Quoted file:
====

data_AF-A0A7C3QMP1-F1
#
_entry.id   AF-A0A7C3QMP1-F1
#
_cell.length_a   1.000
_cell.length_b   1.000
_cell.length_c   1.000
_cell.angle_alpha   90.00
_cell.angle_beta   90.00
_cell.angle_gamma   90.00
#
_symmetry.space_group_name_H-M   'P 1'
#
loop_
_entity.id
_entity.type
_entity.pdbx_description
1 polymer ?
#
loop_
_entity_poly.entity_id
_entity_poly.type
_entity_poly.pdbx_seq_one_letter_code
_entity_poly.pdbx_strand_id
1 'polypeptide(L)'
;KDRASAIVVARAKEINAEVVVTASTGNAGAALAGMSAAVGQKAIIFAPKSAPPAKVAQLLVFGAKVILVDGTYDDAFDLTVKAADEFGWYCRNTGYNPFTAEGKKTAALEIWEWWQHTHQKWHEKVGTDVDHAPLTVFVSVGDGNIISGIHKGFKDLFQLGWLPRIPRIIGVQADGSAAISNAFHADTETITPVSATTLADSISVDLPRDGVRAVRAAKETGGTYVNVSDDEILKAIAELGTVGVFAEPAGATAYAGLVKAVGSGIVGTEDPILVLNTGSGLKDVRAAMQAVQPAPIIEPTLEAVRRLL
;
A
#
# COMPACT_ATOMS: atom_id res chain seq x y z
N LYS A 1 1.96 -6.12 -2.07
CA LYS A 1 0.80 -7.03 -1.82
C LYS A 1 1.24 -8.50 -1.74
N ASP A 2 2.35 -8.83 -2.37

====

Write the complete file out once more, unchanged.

data_AF-A0A7C3QMP1-F1
#
_entry.id   AF-A0A7C3QMP1-F1
#
_cell.length_a   1.000
_cell.length_b   1.000
_cell.length_c   1.000
_cell.angle_alpha   90.00
_cell.angle_beta   90.00
_cell.angle_gamma   90.00
#
_symmetry.space_group_name_H-M   'P 1'
#
loop_
_entity.id
_entity.type
_entity.pdbx_description
1 polymer ?
#
loop_
_entity_poly.entity_id
_entity_poly.type
_entity_poly.pdbx_seq_one_letter_code
_entity_poly.pdbx_strand_id
1 'polypeptide(L)'
;KDRASAIVVARAKEINAEVVVTASTGNAGAALAGMSAAVGQKAIIFAPKSAPPAKVAQLLVFGAKVILVDGTYDDAFDLTVKAADEFGWYCRNTGYNPFTAEGKKTAALEIWEWWQHTHQKWHEKVGTDVDHAPLTVFVSVGDGNIISGIHKGFKDLFQLGWLPRIPRIIGVQADGSAAISNAFHADTETITPVSATTLADSISVDLPRDGVRAVRAAKETGGTYVNVSDDEILKAIAELGTVGVFAEPAGATAYAGLVKAVGSGIVGTEDPILVLNTGSGLKDVRAAMQAVQPAPIIEPTLEAVRRLL
;
A
#
# COMPACT_ATOMS: atom_id res chain seq x y z
N LYS A 1 1.96 -6.12 -2.07
CA LYS A 1 0.80 -7.03 -1.82
C LYS A 1 1.24 -8.50 -1.74
N ASP A 2 2.35 -8.83 -2.37